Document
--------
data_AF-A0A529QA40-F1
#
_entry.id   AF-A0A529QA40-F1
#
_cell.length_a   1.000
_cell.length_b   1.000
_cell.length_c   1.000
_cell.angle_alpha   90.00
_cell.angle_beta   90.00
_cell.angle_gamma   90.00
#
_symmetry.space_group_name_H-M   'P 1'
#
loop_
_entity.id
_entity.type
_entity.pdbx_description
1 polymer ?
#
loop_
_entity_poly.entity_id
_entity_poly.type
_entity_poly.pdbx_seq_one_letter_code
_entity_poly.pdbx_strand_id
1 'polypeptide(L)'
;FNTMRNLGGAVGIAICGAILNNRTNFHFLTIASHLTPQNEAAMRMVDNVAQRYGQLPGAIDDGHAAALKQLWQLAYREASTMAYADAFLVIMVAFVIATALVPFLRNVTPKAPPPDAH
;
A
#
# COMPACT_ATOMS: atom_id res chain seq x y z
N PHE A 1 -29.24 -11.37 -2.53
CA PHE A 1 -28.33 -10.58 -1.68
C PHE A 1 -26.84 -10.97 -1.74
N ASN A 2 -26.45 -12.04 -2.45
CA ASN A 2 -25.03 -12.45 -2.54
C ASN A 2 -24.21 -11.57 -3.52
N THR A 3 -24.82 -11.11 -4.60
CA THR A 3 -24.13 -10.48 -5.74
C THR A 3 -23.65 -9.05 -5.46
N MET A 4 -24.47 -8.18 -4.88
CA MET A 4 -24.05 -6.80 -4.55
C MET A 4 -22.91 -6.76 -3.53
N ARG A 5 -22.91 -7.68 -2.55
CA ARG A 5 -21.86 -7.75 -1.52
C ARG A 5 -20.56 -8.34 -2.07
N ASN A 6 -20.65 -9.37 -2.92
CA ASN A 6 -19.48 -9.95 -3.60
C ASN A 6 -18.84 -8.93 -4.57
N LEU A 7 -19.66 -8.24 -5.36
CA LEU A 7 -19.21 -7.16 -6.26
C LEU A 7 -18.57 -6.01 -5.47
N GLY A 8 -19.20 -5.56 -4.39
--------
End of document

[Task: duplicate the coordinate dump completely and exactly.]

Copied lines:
data_AF-A0A529QA40-F1
#
_entry.id   AF-A0A529QA40-F1
#
_cell.length_a   1.000
_cell.length_b   1.000
_cell.length_c   1.000
_cell.angle_alpha   90.00
_cell.angle_beta   90.00
_cell.angle_gamma   90.00
#
_symmetry.space_group_name_H-M   'P 1'
#
loop_
_entity.id
_entity.type
_entity.pdbx_description
1 polymer ?
#
loop_
_entity_poly.entity_id
_entity_poly.type
_entity_poly.pdbx_seq_one_letter_code
_entity_poly.pdbx_strand_id
1 'polypeptide(L)'
;FNTMRNLGGAVGIAICGAILNNRTNFHFLTIASHLTPQNEAAMRMVDNVAQRYGQLPGAIDDGHAAALKQLWQLAYREASTMAYADAFLVIMVAFVIATALVPFLRNVTPKAPPPDAH
;
A
#
# COMPACT_ATOMS: atom_id res chain seq x y z
N PHE A 1 -29.24 -11.37 -2.53
CA PHE A 1 -28.33 -10.58 -1.68
C PHE A 1 -26.84 -10.97 -1.74
N ASN A 2 -26.45 -12.04 -2.45
CA ASN A 2 -25.03 -12.45 -2.54
C ASN A 2 -24.21 -11.57 -3.52
N THR A 3 -24.82 -11.11 -4.60
CA THR A 3 -24.13 -10.48 -5.74
C THR A 3 -23.65 -9.05 -5.46
N MET A 4 -24.47 -8.18 -4.88
CA MET A 4 -24.05 -6.80 -4.55
C MET A 4 -22.91 -6.76 -3.53
N ARG A 5 -22.91 -7.68 -2.55
CA ARG A 5 -21.86 -7.75 -1.52
C ARG A 5 -20.56 -8.34 -2.07
N ASN A 6 -20.65 -9.37 -2.92
CA ASN A 6 -19.48 -9.95 -3.60
C ASN A 6 -18.84 -8.93 -4.57
N LEU A 7 -19.66 -8.24 -5.36
CA LEU A 7 -19.21 -7.16 -6.26
C LEU A 7 -18.57 -6.01 -5.47
N GLY A 8 -19.20 -5.56 -4.39